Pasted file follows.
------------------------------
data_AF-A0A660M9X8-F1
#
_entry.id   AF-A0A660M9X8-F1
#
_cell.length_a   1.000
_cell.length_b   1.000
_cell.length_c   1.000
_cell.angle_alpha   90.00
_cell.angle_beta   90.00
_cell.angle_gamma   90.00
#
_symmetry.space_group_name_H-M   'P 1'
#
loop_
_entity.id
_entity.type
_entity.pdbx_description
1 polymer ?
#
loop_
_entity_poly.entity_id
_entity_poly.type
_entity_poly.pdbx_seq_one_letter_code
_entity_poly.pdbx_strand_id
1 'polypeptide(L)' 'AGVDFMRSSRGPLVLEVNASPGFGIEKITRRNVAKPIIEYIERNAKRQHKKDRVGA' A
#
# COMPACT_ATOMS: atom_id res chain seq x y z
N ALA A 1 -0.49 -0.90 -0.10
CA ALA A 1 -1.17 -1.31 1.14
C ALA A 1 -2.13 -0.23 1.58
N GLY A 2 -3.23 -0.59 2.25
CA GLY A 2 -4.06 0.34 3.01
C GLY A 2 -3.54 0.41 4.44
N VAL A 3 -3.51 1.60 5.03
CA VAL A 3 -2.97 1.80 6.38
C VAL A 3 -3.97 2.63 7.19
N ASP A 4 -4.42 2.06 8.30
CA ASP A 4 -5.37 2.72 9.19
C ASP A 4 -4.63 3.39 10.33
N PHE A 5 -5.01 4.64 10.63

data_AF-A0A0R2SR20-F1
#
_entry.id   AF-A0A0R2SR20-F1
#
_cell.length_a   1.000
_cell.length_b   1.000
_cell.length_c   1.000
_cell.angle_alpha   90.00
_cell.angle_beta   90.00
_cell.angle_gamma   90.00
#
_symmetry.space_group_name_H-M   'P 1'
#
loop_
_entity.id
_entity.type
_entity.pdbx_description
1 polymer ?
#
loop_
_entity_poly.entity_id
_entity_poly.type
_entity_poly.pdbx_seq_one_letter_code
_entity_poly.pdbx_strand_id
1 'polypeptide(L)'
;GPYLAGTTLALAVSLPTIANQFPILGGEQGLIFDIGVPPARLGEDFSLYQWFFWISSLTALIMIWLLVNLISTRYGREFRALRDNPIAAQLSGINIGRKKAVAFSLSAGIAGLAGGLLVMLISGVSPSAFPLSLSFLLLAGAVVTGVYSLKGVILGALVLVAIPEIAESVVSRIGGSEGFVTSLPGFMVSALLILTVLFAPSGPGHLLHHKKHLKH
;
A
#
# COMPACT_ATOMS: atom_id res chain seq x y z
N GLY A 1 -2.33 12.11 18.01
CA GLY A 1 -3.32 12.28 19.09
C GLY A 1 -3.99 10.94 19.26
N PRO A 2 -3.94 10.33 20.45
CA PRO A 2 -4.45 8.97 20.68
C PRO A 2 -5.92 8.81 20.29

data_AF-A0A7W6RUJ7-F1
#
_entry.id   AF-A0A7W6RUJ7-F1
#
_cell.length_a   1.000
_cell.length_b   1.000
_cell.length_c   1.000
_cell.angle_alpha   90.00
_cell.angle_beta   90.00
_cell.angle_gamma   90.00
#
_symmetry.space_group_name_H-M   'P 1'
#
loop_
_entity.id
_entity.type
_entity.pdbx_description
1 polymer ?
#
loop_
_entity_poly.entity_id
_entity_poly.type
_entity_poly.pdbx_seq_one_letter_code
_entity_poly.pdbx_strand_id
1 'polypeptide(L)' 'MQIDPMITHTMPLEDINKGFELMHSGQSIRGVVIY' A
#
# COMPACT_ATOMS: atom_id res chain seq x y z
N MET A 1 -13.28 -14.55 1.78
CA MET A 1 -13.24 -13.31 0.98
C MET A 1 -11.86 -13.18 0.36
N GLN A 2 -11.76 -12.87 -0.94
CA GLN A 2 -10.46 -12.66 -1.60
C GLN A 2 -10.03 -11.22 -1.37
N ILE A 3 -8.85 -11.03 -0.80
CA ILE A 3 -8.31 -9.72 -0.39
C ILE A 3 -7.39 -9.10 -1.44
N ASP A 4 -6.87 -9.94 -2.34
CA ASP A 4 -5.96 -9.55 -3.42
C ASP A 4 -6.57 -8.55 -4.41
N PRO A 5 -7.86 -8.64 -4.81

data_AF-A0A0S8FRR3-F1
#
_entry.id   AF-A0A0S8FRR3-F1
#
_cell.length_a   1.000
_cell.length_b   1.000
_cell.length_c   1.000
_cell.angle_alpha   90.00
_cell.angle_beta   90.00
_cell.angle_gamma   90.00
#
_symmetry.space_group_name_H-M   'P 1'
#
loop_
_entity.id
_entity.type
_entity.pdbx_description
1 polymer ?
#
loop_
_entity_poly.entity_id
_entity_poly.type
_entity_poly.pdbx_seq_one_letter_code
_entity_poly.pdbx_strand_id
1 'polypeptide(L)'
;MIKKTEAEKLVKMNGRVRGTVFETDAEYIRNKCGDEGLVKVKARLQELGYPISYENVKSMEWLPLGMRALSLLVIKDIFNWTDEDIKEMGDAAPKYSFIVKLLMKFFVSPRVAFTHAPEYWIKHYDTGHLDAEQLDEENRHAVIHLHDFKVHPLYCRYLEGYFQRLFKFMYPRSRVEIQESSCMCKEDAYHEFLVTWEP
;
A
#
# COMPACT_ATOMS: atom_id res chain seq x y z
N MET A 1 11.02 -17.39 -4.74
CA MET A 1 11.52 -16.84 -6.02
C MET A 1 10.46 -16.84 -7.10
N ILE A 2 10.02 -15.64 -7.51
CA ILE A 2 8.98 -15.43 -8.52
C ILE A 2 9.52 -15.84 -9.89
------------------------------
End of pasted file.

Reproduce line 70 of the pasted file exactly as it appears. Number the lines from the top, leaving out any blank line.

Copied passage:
# COMPACT_ATOMS: atom_id res chain seq x y z